Planting Flower Bulbs in Containers and Plant Aftercare
Growing and planting flower bulbs in tubs and other gardening containers has, apart from anything else, one unusual advantage – the plants can be moved at will, if circumstances demand. You can have them near the front door, for example, and move them without trouble to the terrace or sitting-out area if this is desired. Paved sitting-out areas orare quite a common feature of many homes, and when the weather is suitable they provide what is virtually an outdoor living room. If the site is sheltered it is quite possible to sit out for several hours on really sunny days even as early in the year as late February and March-and tubs and boxes filled with colourful add to the enjoyment.
Window flower boxes can be made to look very attractive indeed with very little trouble to the householder, and even those living in flats with a balcony can growin this way. I prefer to see window flower boxes devoted to one kind of flower rather than a mixture but there is no reason at all why, say, and muscari, or other similar combinations, should not look very well. Daffodils, tulips, crocuses and hyacinths are all popular plants.
Tubs give more scope than window boxes because of their greater depth, and tall daffodils and tulips look more in proportion in such containers. I have found tubs excellent for, notably the popular Regal Lily, Lilium regale, and the Madonna Lily, L. candidum.
A method of growing daffodils and planting flower bulbs, which I have found particularly rewarding, is that of planting double layers of the bulbs in deep tubs. I use a good potting compost – usually the John Innes No. 2 – and it is important to make sure that there are sufficient holes in the bases of the tubs to ensure good. Growing daffodils in this way gives a tremendous concentration of colour in a small area-just what is wanted for a prominent position.
The tubs must be at least 12 in. deep as anything less than this would not hold sufficient compost. Place a layer of crocks over the drainage holes and tion of colour. Here the first layer is placed in position cover this with roughage. Add a layer of compost and set the first layer of bulbs in position. Cover thewith compost so that the tips are just showing and then position the second layer of bulbs between the tips of the first layer. Work in compost among these bulbs and make this firm. With correct aftercare the results will be magnificent.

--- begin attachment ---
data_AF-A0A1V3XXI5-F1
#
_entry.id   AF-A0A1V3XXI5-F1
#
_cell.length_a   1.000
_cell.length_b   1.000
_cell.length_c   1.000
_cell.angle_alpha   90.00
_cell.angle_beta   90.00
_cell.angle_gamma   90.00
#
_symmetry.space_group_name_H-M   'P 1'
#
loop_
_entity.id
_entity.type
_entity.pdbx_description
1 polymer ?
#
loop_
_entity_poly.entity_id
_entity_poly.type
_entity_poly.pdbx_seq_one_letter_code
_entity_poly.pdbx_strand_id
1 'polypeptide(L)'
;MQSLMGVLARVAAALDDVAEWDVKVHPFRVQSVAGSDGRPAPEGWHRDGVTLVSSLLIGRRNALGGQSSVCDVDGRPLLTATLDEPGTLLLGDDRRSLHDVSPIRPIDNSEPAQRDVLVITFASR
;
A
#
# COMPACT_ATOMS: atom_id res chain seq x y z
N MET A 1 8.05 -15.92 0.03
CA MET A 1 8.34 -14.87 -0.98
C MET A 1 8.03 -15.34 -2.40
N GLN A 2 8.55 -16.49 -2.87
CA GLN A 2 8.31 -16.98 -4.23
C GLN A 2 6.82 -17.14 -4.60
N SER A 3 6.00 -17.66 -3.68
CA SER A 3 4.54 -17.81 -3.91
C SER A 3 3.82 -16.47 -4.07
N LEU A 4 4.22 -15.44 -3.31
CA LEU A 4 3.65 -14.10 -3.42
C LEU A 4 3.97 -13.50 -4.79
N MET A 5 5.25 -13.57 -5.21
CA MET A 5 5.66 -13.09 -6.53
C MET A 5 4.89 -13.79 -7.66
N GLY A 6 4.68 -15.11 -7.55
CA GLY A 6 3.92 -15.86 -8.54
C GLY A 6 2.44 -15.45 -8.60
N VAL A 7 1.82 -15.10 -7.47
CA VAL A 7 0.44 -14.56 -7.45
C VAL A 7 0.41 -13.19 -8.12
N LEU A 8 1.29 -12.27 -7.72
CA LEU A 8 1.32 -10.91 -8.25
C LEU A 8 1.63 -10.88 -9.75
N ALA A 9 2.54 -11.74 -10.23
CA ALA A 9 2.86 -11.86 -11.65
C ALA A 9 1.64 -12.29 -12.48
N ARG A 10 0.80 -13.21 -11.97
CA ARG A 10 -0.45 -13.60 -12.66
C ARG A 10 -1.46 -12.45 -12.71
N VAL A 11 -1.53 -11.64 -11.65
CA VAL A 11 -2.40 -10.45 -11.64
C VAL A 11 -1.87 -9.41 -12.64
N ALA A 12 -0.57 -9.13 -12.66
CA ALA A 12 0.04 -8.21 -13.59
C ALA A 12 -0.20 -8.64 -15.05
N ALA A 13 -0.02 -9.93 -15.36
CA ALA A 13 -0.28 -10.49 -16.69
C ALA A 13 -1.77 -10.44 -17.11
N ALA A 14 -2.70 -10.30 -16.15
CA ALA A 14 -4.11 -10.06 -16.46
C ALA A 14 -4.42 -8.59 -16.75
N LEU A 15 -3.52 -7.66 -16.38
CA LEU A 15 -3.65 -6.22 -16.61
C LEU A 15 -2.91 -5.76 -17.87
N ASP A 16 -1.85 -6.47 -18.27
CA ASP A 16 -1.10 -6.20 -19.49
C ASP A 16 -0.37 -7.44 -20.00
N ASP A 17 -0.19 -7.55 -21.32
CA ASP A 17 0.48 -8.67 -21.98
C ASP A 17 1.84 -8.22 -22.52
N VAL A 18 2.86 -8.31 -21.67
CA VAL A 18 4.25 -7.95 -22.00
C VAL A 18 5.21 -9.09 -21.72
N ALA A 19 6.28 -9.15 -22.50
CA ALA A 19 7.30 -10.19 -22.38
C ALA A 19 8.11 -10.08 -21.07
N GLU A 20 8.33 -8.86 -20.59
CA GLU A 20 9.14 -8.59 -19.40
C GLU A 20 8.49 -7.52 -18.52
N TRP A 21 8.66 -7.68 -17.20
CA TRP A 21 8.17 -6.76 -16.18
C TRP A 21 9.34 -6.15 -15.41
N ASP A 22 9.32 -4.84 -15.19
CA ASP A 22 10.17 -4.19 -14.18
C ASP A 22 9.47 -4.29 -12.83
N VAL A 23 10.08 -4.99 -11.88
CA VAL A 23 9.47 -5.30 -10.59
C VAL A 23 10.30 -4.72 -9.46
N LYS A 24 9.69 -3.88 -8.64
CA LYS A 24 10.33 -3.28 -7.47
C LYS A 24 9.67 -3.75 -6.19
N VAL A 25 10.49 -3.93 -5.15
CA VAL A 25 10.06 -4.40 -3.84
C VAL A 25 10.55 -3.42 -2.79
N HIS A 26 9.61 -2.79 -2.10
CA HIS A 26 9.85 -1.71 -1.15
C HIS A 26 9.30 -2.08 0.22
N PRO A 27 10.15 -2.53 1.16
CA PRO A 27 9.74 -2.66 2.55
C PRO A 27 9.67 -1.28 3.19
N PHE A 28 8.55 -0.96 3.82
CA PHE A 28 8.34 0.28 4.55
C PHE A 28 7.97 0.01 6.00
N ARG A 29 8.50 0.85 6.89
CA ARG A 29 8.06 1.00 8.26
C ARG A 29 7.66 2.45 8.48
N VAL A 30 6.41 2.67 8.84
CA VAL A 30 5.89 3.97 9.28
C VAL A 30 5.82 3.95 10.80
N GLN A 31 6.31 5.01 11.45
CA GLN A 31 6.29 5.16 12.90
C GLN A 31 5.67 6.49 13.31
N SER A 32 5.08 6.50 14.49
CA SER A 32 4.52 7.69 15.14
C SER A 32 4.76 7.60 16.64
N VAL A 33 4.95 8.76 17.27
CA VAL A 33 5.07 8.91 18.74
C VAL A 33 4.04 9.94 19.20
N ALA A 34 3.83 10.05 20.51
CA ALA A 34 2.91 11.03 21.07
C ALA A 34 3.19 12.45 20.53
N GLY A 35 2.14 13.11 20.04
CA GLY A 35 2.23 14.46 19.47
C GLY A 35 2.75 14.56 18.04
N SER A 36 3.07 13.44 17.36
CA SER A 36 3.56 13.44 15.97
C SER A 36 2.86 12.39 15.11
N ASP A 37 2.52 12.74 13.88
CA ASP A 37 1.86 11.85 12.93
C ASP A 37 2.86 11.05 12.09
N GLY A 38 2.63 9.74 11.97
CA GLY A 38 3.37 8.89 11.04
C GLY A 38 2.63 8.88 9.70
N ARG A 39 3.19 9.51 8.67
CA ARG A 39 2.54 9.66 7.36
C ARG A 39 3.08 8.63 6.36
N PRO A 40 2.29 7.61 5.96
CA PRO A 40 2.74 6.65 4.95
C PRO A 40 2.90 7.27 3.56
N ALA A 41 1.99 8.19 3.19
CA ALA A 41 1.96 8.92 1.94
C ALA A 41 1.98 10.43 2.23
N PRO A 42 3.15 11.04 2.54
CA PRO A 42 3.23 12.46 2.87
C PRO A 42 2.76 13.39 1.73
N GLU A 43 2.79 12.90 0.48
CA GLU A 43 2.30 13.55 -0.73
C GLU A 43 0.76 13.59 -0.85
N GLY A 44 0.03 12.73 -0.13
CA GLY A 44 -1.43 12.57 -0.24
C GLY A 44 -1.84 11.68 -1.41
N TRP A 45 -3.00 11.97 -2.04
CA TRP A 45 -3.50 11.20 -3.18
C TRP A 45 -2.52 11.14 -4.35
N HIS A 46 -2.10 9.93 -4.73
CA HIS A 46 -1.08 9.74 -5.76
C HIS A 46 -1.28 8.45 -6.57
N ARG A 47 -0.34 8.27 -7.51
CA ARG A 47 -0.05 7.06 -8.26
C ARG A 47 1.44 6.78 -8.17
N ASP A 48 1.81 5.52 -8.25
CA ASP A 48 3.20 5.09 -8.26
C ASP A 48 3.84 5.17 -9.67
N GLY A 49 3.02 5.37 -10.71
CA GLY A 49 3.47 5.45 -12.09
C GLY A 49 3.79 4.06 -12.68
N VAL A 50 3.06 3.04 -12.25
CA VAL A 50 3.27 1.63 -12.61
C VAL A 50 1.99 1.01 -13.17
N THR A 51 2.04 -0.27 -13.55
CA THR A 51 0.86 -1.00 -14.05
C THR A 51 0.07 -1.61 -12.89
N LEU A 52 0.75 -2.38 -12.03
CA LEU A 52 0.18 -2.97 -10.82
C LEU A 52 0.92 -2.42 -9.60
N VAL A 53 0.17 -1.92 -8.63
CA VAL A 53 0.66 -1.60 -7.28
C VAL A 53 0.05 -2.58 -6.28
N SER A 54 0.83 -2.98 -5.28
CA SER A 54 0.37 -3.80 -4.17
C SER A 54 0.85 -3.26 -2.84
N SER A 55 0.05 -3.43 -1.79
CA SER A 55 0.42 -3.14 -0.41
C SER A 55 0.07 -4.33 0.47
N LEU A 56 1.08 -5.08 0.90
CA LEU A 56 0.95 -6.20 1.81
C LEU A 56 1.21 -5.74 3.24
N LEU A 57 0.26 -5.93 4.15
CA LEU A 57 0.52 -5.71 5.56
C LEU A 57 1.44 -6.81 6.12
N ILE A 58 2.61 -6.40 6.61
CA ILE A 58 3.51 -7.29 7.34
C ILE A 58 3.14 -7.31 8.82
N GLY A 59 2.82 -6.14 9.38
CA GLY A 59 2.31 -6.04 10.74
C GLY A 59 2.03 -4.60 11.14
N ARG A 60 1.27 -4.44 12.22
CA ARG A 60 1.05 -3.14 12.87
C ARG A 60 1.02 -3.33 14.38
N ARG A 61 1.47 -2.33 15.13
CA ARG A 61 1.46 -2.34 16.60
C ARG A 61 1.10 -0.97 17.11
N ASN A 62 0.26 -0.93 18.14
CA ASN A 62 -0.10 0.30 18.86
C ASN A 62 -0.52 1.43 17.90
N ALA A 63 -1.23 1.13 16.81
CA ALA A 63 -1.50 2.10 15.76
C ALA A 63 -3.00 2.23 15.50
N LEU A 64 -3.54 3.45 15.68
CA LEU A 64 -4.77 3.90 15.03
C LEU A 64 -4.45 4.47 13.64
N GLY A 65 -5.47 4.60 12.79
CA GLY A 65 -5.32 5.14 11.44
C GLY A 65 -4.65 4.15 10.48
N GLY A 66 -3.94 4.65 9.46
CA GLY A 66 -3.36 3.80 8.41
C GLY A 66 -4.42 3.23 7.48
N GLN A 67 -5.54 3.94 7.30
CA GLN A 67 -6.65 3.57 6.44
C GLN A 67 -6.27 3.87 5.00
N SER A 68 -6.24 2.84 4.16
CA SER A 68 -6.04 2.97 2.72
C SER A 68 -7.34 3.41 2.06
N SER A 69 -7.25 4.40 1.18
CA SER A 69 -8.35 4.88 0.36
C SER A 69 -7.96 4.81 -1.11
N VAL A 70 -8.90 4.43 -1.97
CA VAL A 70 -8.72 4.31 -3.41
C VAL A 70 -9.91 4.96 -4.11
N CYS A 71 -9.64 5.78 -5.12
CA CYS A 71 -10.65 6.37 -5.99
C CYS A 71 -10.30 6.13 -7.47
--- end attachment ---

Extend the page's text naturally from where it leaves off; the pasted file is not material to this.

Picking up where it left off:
The colour of garden pots and planters can make a considerable difference to the effectiveness of the display. Daffodils look particularly attractive in a green tub with the supporting bands painted black, and multi-coloured tulips in a white tub with black banding can look very striking indeed. Colour harmony is important and should be given as much attention as careful siting.
Planting Flower Bulbs in Containers
One of the most important things when growing bulbs in window boxes or tubs is to ensure that the drainage is good. The container should have holes of about 1 in. diameter at fairly frequent intervals over its base. If you are making up window boxes yourself, use hardwood of not less than 1/2 in. thickness, and paint the inside, which will be in contact with the, with a non-toxic preservative. The drainage holes should be covered with crocks and these in turn covered with a layer of roughage before the soil is added. The John Innes No. 1 Potting Compost makes a first-class growing medium and you should plant the bulbs in good time so that they have the longest possible growing period. If ordinary garden soil is used – and this must have good texture – I would mix peat in with it and a dressing of bonemeal (at the rate of 4oz. to the bushel). Do not neglect watering if the compost appears to be rather dry for the wind can soon dry out compost in containers in exposed positions. Also, stake the plants against wind and storm damage as soon as it seems prudent to do so.
Planting Flower Bulbs and Aftercare
A point I would make first of all is that many gardeners are much too apt to take bulbs for granted. It is true that they are for the most part easily pleased and that if you buy good stock, you can expect a first season display of some excellence. This is because flower bulbs,have reserves of food available in these storage organs. But if soil conditions are poor and growing conditions generally unsatisfactory these reserves will certainly not be made good and this will inevitably be reflected in the quality of the blooms in subsequent seasons.